#WorldKidLit Wednesday: Magic Candies

I don't mean to brag, but my colleagues recognize me as a children's book maven. I often seem to know of the newest and most notable picture books, and get my hands on them as soon as they are available. How do I do it? In addition to reading a few trade publications and blogs, … Continue reading #WorldKidLit Wednesday: Magic Candies

#WorldKidLit Wednesday: Fighting the Good Fight: Social Justice in Children’s (Translated) Books and Graphic Novels

Books for young readers help shape children’s minds, attitudes, and viewpoints. Hence it’s crucial for young readers to have the opportunity to hear diverse voices from around the world. Today’s impressionable, thoughtful young minds need to be aware of important issues and acts of historical or social justice. Graphic Novels Maus: A Survivor’s Tale From … Continue reading #WorldKidLit Wednesday: Fighting the Good Fight: Social Justice in Children’s (Translated) Books and Graphic Novels

#WorldKidLit Wednesday: Children of the Forest

According to my research, if you were a child growing up in 20th century Sweden, you are very familiar with Elsa Beskow's Children of the Forest. Originally published as Tomtebobarnen in 1910, this sweet picture book has been enchanting children for over 100 years. Currently in its eighteenth (!) English language printing by Scotland-based publisher … Continue reading #WorldKidLit Wednesday: Children of the Forest

#WorldKidLit Wednesday: The Forgotten Book

Books can transport us across time and space, even though the journey is only an imaginary one. The literary voyages readers take within the pages of a book can inspire us and affect how we see the world via the magic of the written word. Writers, indeed, have immense power. But what if that literary … Continue reading #WorldKidLit Wednesday: The Forgotten Book

#DutchKidLit – The Female Gothic and Lampie and the Children of the Sea by Annet Schaap

Like all good fairytales, Lampie and the Children of the Sea starts with things going horribly wrong for a young, vulnerable heroine. Lampie's name is a nickname that reflects her purpose, as she is in charge of lighting the lamp every night at the lighthouse where she lives with her drunken, lame father. She is … Continue reading #DutchKidLit – The Female Gothic and Lampie and the Children of the Sea by Annet Schaap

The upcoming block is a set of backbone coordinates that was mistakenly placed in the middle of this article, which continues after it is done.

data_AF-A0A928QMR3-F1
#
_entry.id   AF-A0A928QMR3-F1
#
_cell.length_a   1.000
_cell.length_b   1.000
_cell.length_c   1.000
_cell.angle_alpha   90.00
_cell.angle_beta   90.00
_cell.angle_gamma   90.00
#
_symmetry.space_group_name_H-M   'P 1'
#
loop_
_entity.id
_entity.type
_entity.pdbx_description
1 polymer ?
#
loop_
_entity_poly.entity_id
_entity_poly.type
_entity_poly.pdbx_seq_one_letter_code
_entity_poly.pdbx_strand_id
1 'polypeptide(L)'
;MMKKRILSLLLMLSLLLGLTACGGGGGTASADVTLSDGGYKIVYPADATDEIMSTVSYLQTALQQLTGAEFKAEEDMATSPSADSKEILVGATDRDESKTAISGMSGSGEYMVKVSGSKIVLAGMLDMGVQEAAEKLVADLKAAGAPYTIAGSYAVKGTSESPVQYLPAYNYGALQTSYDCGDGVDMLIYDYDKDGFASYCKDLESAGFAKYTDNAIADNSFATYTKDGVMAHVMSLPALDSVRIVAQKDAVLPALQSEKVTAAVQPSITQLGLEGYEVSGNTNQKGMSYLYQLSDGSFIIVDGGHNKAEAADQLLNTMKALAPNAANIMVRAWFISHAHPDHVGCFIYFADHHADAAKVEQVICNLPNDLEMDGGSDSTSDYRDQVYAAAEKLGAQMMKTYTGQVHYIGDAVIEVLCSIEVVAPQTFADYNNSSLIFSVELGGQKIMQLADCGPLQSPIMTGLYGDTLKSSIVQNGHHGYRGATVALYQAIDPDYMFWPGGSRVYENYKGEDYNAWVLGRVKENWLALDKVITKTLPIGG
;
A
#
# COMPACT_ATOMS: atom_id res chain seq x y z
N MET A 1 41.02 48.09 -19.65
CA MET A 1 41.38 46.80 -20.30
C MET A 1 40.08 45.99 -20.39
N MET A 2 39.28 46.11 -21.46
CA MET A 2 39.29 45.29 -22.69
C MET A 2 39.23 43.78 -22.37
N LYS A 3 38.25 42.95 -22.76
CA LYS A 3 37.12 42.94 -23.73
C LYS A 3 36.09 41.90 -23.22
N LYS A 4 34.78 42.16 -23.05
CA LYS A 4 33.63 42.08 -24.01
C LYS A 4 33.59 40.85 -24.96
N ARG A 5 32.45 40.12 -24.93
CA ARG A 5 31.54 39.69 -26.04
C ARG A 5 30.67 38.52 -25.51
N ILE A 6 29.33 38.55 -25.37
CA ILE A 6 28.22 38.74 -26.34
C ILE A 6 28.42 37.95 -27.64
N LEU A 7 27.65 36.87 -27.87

#DutchKidLit – Where Is the Cake? by Thé Tjong-Khing

Post by guest author Sabrina Rossi from the International School of Amsterdam.Last August, during my staycation in the Netherlands, I decided to visit the Kranenburgh museum in Bergen with the intention of exploring the exhibition on Thé Tjong-Khing and his children’s book illustrations for the last twenty years, Thé Tjong-Khing: In the Master Illustrator's Studio, … Continue reading #DutchKidLit – Where Is the Cake? by Thé Tjong-Khing

#WorldKidLit Wednesday: The 2021 Eisner Award Nominations

Known as the Oscars of the comics world, the Will Eisner Comic Industry Awards are traditionally given every summer at San Diego Comic Con. Due to COVID-19, the ceremony was virtual in 2021, when the awards featured 33 categories. Books for children in translation can be found in a number of them. The pickings were … Continue reading #WorldKidLit Wednesday: The 2021 Eisner Award Nominations

#DutchKidLit – The Cat who Came in off the Roof by Annie M.G. Schmidt

Last night I provided shelter to a purring lady who entered my apartment through the attic window and, on being asked, informed me that she had once been a cat...- The Cat Who Came in Off the Roof No list of #DutchKidLit would be complete without Minoes or The Cat Who Came in Off the … Continue reading #DutchKidLit – The Cat who Came in off the Roof by Annie M.G. Schmidt

#WorldKidLit Wednesday: Temple Alley Summer

Written by award-winning Japanese author Sachiko Kashiwaba, Temple Alley Summer* features not one but two ghost stories. The first is the outer shell in this engrossing middle-grade novel and a fully-fleshed narrative; the other is an embedded fairy-tale fantasy with intriguing connections and parallels to the first. In the “outer” ghost story, Kazu, who is … Continue reading #WorldKidLit Wednesday: Temple Alley Summer

#WorldKidLit Weekend: The Story of the Blue Planet

A Roald Dahlian eco-parable for middle grade readers, The Story of the Blue Planet* takes place on a special, beautiful planet strikingly similar to earth and inhabited only by children. These Peter-Pan-esque protagonists never age and come in all shapes and sizes. Some are “even weird like the child you see in the mirror.” They can … Continue reading #WorldKidLit Weekend: The Story of the Blue Planet